Joined by Amy, whom I hiked Leading Peak with earlier in the season, and a trio of her bagger friends, we set out by bike on the Seymour Valley Trailway for a ~9 km ride to the spur that leads to the Paton Peak Trailhead. Ditched the bikes and made the unrelentingly steep hike up to Paton where we stopped for a break and to enjoy the first views of the day. Then onwards to Coliseum, making camp at the little tarn there. Amy and another went for a dip while the rest of us whiled away the afternoon, enjoying a spectacular sunset and the glimmering city lights before calling it a night. Woke up to dense fog the next morning but sallied forth for Cathedral expecting it to burn off by mid morning. Made it just shy of Burwell before a member of our party bowed out citing issues with her knee. Now 4 strong, we forged on into the mist hoping we were heading in the right direction. In short order we found ourselves cliffed out on Burwell's NNE Ridge, wondering what was up with the GPX track Amy had downloaded on her phone. The terrain here is bushy polished granite, and for us also mighty slippery thanks to the mist - not the time nor place to test the traction of our outsoles! Backtracking a bit, we zig-zagged down along heather ledges on the left (west) side of the ridge, before picking up a faint trail that led easily to the saddle. Basically, drop left off the ridge as it begins to get steeper and descend to a large bench that reconnects with the ridge below the troublesome cliffs.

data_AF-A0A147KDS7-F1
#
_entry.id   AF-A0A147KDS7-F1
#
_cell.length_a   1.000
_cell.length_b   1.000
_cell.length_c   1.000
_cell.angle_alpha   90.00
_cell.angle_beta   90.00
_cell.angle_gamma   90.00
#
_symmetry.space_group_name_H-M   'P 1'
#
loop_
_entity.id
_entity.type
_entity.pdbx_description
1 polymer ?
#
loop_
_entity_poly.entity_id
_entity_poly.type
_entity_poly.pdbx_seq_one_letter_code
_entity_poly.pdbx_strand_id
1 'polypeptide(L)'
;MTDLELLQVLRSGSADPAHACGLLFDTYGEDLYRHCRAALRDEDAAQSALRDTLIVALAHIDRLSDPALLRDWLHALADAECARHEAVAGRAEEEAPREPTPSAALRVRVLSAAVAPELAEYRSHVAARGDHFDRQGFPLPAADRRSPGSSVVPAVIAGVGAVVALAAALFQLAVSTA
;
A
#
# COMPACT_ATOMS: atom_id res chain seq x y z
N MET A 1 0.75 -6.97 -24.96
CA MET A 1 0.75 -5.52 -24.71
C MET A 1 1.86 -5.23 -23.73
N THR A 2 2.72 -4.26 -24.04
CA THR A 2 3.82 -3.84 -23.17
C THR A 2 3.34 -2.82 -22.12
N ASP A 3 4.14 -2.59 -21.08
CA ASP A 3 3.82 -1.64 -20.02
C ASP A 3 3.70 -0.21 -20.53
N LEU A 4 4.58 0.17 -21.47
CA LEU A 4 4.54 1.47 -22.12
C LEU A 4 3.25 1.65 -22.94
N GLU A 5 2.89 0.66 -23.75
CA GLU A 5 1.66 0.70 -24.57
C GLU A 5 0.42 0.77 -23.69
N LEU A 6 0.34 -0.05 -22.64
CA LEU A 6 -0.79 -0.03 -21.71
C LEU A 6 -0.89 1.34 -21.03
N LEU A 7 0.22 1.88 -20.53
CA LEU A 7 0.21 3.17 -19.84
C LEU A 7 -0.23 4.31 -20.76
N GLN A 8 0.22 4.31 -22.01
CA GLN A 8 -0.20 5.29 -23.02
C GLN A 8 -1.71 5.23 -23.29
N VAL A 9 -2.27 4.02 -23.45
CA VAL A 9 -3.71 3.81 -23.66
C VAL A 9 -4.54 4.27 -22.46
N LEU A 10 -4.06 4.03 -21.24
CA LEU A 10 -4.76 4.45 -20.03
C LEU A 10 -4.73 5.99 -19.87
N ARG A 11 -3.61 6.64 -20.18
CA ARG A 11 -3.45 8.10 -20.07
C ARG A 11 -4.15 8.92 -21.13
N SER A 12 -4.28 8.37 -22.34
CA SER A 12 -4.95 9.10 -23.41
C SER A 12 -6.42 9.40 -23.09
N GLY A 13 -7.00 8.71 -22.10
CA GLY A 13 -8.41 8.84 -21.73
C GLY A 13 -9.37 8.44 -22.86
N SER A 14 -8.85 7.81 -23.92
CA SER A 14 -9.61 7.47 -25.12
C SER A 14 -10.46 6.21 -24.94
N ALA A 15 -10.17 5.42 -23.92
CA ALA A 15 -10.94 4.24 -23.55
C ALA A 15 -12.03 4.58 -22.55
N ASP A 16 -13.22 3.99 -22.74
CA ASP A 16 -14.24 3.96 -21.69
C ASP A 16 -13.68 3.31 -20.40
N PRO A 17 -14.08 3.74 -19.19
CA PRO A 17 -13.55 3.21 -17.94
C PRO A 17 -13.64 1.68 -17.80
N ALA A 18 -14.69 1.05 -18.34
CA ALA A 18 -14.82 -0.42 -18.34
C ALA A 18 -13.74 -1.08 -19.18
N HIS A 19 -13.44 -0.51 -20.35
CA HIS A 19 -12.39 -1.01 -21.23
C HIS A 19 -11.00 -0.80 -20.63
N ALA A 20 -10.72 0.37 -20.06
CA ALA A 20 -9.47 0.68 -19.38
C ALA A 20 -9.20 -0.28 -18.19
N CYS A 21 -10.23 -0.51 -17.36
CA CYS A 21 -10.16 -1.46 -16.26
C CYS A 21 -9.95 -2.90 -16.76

With the fog showing no signs of lifting, we made our way up the opposite side of the saddle, now in dense forest. Crossed a talus slope or two before locating the trail again as it continues up steeply on the north side of Cathedral's West Ridge (some exposure). This we followed to the broad crest, which we followed easily weaving in and out of alternating bushy and rocky bits with some occasional hands-on scrambling, eventually reaching the trio of radio repeater dildos perched there on the summit. No views, courtesy of the stubborn fog, despite our waiting around for ~30 minutes in hopes of an improvement. Alas, the day was getting away from us and we had a long way to go to get back to camp and then back home! Sun finally made an appearance as we started back up of opposite side of the saddle, with the last of the clouds lifting off Cathedral by the time we reached the top of Burwell. Argh!! Then back to camp where we reluctantly packed up for a suffer-fest of a hike down to the trailway, returning to the cars just before dark for a whopping 15-hour day! A worthy objective yes, but ain't no way I'm coming back for the views that we missed!